They’ll talk you through the details and help you decide whether equity release is right for you.
Read the pros and cons of equity release to find out more.
Equity release definitions and important terms
When researching equity release, some of the terms and phrases can be confusing.
To make things clearer, we’ve created this glossary that explains the terms you might come across.
Stands for Annual Percentage Rate also referred to as the Effective APR. The annual interest rate payable on a loan.
The money you pay to your provider to cover the various administration costs involved in releasing the equity from your home.
The person or people you nominate to receive the proceeds of your estate when you die.
Interest accrued on a lifetime mortgage that is added to the loan amount and then future interest is charged on top. In other words, interest paid on interest. See also Lifetime Mortgage.
Selling your home and buying another property (typically smaller) of lesser value to live in. Find out more about downsizing and equity release.
Drawdown lifetime mortgage
An equity release mortgage with the facility to draw money out as and when you need it, up to an agreed limit. Interest is only charged on the loan when money is released to you. Read our what is a drawdown lifetime mortgage article.
The market value of your house, minus any outstanding mortgage debt and other loans secured on it. If you own your home outright, then 100% of the equity is yours.
Equity Release Council (ERC)
The industry body that represents providers, qualified advisers, lawyers, intermediaries and surveyors who work in the sector. Members must adhere to the Council's Statement of Principles which puts in place safeguards and guarantees for you.
Everything you own (e.g. property, investments and possessions) when you die less any money you owe.
Financial Conduct Authority (FCA)
The independent body responsible for regulating the conduct of financial services firms and markets in the UK, to ensure consumers get a fair deal. The Financial Conduct Authority is the conduct regulator for 56,000 financial services firms and financial markets in the UK and the prudential regulator for over 18,000 of those firms.
Home Reversion Plan
A scheme that enables you to sell part, or all of your home to a provider at a reduced price in exchange for a tax-free cash lump sum. Ownership of your home passes to the provider, but you can continue to live there for the rest of your life, rent free. Read our what is a home reversion plan article.
When the provider allows more equity to be released from your home if you have health problems.
Inheritance protection guarantee
A feature that allows you to protect a portion of your home's value so you can guarantee an inheritance for your loved ones.
A scheme that includes another person living with you, such as your spouse. Should one of you die or go into care, the other person can continue to live in your home until they die or move out permanently.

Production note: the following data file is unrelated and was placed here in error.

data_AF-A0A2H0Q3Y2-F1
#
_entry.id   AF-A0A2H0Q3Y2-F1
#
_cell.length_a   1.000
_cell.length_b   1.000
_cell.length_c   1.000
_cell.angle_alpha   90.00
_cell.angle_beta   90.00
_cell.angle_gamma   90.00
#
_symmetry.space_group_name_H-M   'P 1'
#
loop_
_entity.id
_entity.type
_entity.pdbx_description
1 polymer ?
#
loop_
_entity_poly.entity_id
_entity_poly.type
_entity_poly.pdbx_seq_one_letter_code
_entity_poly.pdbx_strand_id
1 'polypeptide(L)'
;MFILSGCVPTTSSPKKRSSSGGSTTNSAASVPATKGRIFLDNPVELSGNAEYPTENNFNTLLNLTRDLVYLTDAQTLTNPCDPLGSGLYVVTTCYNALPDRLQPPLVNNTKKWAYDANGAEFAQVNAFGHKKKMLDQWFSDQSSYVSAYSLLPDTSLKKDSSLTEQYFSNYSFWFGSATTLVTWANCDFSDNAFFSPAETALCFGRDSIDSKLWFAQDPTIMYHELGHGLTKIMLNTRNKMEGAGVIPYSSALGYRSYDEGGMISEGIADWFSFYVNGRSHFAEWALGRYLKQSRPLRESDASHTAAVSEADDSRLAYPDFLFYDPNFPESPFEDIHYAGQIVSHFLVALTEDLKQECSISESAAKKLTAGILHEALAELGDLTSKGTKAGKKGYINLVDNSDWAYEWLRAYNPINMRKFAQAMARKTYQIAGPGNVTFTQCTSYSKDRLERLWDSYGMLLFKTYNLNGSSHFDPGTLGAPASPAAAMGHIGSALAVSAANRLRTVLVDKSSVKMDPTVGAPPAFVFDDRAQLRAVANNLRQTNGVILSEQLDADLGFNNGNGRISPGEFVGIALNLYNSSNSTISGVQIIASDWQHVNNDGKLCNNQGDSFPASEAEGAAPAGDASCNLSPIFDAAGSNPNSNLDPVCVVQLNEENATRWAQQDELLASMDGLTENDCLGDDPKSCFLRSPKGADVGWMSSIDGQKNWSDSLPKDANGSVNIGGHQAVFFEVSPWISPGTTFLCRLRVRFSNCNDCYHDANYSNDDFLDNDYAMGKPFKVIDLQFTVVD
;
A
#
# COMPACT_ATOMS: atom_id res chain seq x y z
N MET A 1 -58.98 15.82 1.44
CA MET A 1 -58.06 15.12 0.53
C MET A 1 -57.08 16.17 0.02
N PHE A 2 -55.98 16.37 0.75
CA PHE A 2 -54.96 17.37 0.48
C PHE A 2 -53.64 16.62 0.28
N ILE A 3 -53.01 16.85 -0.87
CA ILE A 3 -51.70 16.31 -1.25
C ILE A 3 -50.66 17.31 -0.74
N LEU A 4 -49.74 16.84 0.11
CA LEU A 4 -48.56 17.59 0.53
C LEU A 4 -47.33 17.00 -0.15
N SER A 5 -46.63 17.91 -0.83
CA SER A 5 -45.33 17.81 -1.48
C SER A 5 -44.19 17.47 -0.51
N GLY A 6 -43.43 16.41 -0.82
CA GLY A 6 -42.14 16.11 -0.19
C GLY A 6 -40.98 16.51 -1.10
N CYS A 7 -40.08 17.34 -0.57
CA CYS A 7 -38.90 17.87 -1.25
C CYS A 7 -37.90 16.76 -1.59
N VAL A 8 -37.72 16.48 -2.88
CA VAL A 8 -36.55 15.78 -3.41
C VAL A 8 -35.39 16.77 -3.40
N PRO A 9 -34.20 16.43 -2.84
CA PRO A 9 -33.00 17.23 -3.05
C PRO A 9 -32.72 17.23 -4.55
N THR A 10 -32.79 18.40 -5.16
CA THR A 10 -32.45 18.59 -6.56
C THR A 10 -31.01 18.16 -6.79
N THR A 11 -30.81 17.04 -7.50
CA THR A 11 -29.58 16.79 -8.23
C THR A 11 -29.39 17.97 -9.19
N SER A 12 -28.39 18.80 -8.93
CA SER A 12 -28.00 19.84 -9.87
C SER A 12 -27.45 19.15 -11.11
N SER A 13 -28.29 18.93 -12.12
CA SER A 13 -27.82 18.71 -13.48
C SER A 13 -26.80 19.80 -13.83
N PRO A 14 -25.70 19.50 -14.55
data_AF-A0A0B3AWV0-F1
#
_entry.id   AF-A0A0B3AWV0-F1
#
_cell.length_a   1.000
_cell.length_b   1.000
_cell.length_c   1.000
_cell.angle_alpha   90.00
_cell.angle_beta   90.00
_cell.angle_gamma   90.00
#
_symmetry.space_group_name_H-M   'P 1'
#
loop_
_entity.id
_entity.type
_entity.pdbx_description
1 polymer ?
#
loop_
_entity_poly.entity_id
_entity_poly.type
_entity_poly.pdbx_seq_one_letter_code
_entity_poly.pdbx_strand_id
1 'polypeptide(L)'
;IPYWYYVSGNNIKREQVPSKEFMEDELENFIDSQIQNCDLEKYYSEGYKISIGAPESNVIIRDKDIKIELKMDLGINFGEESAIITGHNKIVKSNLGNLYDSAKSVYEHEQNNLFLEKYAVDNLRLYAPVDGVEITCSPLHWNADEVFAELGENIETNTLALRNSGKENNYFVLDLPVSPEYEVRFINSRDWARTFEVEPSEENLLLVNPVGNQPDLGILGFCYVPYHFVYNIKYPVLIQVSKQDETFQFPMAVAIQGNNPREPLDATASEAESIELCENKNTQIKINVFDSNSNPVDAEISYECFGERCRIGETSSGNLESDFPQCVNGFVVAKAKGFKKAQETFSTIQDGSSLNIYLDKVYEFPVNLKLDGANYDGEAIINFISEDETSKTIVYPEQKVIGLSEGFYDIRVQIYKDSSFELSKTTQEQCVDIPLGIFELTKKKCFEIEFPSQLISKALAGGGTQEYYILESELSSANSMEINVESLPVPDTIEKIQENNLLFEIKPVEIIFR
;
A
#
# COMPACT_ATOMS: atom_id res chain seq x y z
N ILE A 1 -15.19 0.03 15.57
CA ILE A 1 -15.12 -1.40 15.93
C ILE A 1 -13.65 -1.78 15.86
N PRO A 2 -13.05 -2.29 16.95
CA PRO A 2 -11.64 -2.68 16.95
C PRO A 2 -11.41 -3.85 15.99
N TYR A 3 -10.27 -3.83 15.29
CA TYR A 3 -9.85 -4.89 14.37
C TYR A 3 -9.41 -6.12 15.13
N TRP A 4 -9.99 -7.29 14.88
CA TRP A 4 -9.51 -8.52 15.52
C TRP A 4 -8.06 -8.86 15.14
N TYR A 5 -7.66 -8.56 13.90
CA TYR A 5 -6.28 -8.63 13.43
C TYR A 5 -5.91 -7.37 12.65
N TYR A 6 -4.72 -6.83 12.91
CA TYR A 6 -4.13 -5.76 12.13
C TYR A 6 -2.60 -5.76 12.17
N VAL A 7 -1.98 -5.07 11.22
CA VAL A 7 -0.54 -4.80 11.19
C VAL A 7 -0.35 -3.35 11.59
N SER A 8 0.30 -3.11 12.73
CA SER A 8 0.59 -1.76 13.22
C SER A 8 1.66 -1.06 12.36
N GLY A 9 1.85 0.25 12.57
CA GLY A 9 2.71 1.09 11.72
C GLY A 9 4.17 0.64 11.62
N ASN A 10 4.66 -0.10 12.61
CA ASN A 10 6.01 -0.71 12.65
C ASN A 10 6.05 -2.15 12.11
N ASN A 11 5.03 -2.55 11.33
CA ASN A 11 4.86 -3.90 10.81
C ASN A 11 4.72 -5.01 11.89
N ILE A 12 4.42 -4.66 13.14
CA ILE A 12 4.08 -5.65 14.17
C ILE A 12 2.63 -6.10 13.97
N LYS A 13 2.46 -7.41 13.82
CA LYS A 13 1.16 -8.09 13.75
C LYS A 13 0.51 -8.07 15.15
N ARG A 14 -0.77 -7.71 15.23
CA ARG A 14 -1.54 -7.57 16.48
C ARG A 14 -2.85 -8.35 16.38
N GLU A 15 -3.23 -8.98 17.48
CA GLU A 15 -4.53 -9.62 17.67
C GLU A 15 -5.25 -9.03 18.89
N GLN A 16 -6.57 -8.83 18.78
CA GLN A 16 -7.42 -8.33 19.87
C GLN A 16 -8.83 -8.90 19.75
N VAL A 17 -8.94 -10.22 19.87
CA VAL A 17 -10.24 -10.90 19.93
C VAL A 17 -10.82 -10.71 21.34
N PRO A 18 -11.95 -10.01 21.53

Ownership of the property and its land for the duration of a lease agreement with the freeholder. At the end of the lease, ownership returns to the freeholder. See also Freehold.
Legal authority to stay in your home rent-free for the rest of your life or until you permanently move in to long-term care. See also Home Reversion Plan.
Loan to value (LTV)
This is the size of your mortgage in relation to the value of your property. It is usually shown as the percentage of your home that is mortgaged (e.g. 60%), with the balance being the percentage of the property that you own outright (e.g. 40%).
Taking a one-off cash amount upfront rather than receiving a regular income. See also Income.
When the value of a property is less than the debts owed on it.
No-negative equity guarantee
An assurance that neither you nor your beneficiaries will ever owe more than the value of your home. All ERC members must honour this guarantee. See also Equity Release Council.
Portable / Portability
The right to transfer a scheme to a new home provided the new property is acceptable to your provider. All ERC members must include this feature in the schemes they offer. See also Equity Release Council.
A quotation presented in the format required by the Financial Conduct Authority (FCA) to aid customer understanding. Also referred to as a Key Facts Illustration.
A way of borrowing money using an asset, such as your home, as a guarantee. If you don’t keep up repayments, the lender can repossess this asset and sell it to get their money back.
A qualified legal professional engaged to provide legal advice and support to clients. When arranging the release of equity from your home, a solicitor can be engaged to review contractual arrangements and prepare any legal documentation required.
The money you pay to your solicitor for providing legal services.
The money you release from your home is free of both Capital Gains Tax and Income Tax.
The formal assessment of a property’s value based on its condition and the current housing market, usually carried out by a surveyor on the provider’s behalf.
We hope this glossary sheds light on some of the jargon you may come across when considering your equity release options.
Equity release is a financial commitment related to your home, so it’s a big decision. As well as providing a roof over your head, it’s also a valuable asset and may form a significant part of your estate.
There’s a lot to consider, so it’s important to get professional advice. This can be from a specialist financial adviser, a solicitor or both to help you decide if it’s the right option for you.